Saturday, October 07, 2006

I (heart) Mount Hood








I see Mount Hood every time I approach Portland on the BONVL4 arrival, and it's gorgeous, but you're still about 10 miles away. On clear days, I've been known to get VFR-on-top and treat my passengers to a close up scenic tour of Mount Hood, and it is always spectacular. Still, the closest I can legally get is 4 miles from the nearest terrain 2000' below me. At that distance and at the speeds I'm flying, you don't get a true sense of the immensity of the mountain.

Yesterday I took my cousin Amanda and her friend Eli on a Mount Hood tour in a rented Cessna 172. It was the first time I've seen it up close from a light plane. I was absolutely amazed by the details I missed from just a few more miles away, such as the massive crevasses in the glaciers on the north side. At one mile away and 120 knots, you are acutely aware of just how tiny your aircraft is compared to the mountain. It's all quite breathtakingly majestic.

Flights like this remind me of what I miss about flying light planes. To be sure, the scenery from FL250 can be wonderful, but it's like looking at a master's painting from across a large room. Flying low and slow over the same landscape is like inspecting the artist's individual brushstrokes. Neither vantage point provides the complete picture; only through both do you gain a complete appreciation for the masterpiece. Seeing Mount Hood by light plane makes me want to see more of the Northwest that way. Pity it's so expensive. Perhaps once I upgrade I can look into getting a little Taylorcraft or Aeronca...

6 comments:

Anonymous said...

I've flown in from Dallas to PDX twice and lucky to be on the left side to get the same spectacular views.

Flygirl said...

Great pics as always!

Anonymous said...

Sam-- I'm not a pilot but I love flying and hope to take lessons someday. I enjoy your blog and other flying blogs. Here's a truly ridiculous question based on your photos and flyby of Mt. Hood (which I always enjoy seeing from as an airline passenger): how do you know how close you are? And how close is safe? Let's say you don't have GPS and you're just eyeballing it. Is it easy to fly too close to be dangerous, or is it pretty simple for experienced pilots to judge how close they are when they are buzzing around a mountain? The two times I've been up in a small plane, the pilot was able to say, "Oh, we're about 2 miles away from the runway," and I could see the runway but had no concept of what "two miles" meant up there. Just wondering about perspective. Thanks.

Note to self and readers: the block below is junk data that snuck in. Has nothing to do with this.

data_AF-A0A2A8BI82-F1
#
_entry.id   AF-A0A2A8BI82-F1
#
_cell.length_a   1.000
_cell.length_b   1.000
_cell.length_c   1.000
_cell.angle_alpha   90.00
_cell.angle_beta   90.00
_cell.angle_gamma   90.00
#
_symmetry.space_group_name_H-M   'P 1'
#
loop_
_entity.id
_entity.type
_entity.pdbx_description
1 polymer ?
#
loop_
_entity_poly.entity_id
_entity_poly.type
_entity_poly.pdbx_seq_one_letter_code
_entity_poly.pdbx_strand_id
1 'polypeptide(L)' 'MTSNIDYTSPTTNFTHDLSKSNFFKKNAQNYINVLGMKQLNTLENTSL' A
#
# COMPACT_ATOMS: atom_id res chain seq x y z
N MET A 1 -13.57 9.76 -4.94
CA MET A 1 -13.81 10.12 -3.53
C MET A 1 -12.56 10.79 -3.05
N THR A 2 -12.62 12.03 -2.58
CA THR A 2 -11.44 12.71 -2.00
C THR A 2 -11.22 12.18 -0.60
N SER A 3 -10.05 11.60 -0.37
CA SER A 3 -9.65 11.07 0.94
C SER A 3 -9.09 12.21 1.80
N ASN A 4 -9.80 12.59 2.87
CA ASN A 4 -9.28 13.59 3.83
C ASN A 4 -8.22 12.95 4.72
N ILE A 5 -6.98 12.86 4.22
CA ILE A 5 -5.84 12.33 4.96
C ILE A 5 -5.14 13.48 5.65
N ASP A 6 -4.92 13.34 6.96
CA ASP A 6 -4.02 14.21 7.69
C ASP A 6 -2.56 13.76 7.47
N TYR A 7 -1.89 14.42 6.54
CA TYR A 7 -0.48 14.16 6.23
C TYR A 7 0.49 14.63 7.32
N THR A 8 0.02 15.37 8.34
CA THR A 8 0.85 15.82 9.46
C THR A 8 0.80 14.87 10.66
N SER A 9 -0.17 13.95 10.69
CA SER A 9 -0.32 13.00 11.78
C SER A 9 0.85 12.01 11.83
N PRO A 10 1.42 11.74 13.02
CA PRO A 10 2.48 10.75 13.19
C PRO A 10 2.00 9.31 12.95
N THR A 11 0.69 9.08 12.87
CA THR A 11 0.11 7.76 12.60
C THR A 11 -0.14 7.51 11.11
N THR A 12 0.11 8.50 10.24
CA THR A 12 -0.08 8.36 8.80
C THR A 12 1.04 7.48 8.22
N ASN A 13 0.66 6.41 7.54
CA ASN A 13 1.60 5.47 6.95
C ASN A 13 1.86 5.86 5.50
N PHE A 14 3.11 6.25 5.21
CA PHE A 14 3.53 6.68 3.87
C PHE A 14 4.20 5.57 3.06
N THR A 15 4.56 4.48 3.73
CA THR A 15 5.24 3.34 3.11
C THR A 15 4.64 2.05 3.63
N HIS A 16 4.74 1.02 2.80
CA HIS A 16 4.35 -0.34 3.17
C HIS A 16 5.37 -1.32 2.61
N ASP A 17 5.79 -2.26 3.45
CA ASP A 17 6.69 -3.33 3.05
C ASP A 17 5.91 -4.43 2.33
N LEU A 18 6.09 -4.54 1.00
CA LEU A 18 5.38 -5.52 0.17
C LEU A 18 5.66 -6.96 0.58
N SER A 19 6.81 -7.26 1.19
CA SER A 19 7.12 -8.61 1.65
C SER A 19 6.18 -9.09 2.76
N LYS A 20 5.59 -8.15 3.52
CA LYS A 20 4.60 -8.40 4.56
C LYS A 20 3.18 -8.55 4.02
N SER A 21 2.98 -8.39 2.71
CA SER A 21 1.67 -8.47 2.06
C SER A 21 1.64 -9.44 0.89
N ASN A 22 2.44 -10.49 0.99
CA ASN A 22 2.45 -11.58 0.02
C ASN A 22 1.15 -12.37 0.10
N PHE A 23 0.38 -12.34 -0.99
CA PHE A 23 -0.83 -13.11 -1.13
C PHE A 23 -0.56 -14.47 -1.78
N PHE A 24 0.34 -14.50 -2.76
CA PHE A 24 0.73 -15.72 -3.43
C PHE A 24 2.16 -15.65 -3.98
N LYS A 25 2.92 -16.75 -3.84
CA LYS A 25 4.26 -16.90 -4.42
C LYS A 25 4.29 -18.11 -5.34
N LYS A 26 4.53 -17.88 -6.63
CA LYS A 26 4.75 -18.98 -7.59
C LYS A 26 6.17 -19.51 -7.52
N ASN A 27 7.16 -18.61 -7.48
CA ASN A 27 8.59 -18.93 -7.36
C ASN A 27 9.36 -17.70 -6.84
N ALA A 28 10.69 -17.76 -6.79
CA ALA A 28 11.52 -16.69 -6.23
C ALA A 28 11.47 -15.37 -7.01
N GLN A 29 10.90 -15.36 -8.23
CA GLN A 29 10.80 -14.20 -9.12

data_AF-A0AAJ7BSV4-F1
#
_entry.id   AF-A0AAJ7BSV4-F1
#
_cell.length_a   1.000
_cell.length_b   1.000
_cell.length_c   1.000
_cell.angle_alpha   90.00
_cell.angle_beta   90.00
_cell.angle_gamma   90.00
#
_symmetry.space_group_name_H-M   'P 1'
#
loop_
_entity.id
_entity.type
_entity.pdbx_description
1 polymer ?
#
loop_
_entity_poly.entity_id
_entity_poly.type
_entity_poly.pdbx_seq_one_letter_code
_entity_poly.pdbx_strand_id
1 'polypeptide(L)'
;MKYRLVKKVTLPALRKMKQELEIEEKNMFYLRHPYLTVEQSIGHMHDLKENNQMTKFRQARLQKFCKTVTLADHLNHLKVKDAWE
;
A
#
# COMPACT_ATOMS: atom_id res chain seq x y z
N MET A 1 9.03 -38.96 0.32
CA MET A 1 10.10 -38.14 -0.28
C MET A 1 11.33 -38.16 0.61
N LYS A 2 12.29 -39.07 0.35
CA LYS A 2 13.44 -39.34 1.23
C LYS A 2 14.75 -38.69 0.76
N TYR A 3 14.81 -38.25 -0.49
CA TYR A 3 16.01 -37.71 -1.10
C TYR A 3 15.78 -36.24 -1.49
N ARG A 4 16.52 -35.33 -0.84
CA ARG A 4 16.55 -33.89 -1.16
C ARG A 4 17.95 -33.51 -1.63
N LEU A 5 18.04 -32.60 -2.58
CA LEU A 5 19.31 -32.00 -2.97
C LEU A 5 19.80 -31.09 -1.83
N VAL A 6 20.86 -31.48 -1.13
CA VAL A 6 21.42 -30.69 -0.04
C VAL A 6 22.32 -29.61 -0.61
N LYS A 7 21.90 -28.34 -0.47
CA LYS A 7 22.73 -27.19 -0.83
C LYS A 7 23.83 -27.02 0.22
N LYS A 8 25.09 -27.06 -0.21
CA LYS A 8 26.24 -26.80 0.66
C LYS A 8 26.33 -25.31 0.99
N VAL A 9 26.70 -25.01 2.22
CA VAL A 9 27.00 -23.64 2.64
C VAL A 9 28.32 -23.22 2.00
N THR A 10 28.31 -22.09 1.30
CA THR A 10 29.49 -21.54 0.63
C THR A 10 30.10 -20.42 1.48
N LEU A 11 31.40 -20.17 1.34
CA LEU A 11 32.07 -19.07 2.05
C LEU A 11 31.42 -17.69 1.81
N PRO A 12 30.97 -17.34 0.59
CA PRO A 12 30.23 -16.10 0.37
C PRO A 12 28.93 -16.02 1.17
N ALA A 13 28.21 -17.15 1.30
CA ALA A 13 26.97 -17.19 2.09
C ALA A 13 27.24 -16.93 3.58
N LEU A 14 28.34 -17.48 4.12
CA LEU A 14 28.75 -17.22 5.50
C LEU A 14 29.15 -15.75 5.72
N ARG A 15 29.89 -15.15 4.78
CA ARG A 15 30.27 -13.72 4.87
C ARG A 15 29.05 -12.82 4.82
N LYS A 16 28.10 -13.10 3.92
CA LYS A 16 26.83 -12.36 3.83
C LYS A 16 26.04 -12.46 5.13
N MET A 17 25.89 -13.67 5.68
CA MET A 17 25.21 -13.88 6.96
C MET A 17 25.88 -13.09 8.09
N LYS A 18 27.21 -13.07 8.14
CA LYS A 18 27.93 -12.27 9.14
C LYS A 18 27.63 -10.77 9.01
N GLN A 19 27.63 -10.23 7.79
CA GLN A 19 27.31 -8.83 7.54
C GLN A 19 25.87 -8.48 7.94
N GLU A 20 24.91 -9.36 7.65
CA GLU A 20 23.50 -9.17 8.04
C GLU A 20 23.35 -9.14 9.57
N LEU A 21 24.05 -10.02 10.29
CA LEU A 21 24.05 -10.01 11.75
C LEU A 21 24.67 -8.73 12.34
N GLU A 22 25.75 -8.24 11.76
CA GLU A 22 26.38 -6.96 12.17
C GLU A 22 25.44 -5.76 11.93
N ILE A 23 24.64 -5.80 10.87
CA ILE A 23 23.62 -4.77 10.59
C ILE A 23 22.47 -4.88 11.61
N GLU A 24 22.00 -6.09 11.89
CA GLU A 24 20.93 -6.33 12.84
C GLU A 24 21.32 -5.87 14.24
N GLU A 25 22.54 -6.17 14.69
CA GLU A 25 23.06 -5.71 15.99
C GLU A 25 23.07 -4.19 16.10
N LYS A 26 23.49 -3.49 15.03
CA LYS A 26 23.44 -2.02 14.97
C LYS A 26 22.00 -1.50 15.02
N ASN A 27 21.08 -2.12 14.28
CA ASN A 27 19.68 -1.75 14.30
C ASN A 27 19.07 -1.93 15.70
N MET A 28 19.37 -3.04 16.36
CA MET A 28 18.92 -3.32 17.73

Sam said...

Anon -

In the MegaWhacker, the terrain is on the nav display, so it's pretty easy to figure out when you're four miles away. In the C172, sans GPS, I don't really know, I just eyeball it. At 120 kts, one mile is 30 seconds worth of flying, and that looked about right.

In good day VFR, it'd be pretty hard to crash into the side of the mountain unless you were really screwing around buzzing glaciers or something. The bigger concern is turbulence. The day we flew, there was about 15 kts of wind at the top, which created a few bumps on the lee side. When you get 30+ kts the turbulence can get pretty sporty - I don't do mountain tours in the MegaWhacker on those days.

Hamish said...

Ah, that's so cool (next spring I hope to be doing the same thing around Mt Shasta). Do you ever do some sort of Bay Tour in the Megawhacker on departure out of OAK or anything? I occasionally hear a Southwest 737 doing something like it on NorCal's frequencies.

Sam said...

Hamish - I've done the Bay Tour by small plane but not by MegaWhacker. It just doesn't work out well with their congested airspace, and it'd be pretty out of the way for us. On arrival into San Jose, though, we often use the Point Reyes arrival which takes us over P.R. and then down the western side of the Golden Gate, then directly over SFO at 12k'. We're still high enough that we can naarate the tour for the pax without violating sterile cockpit.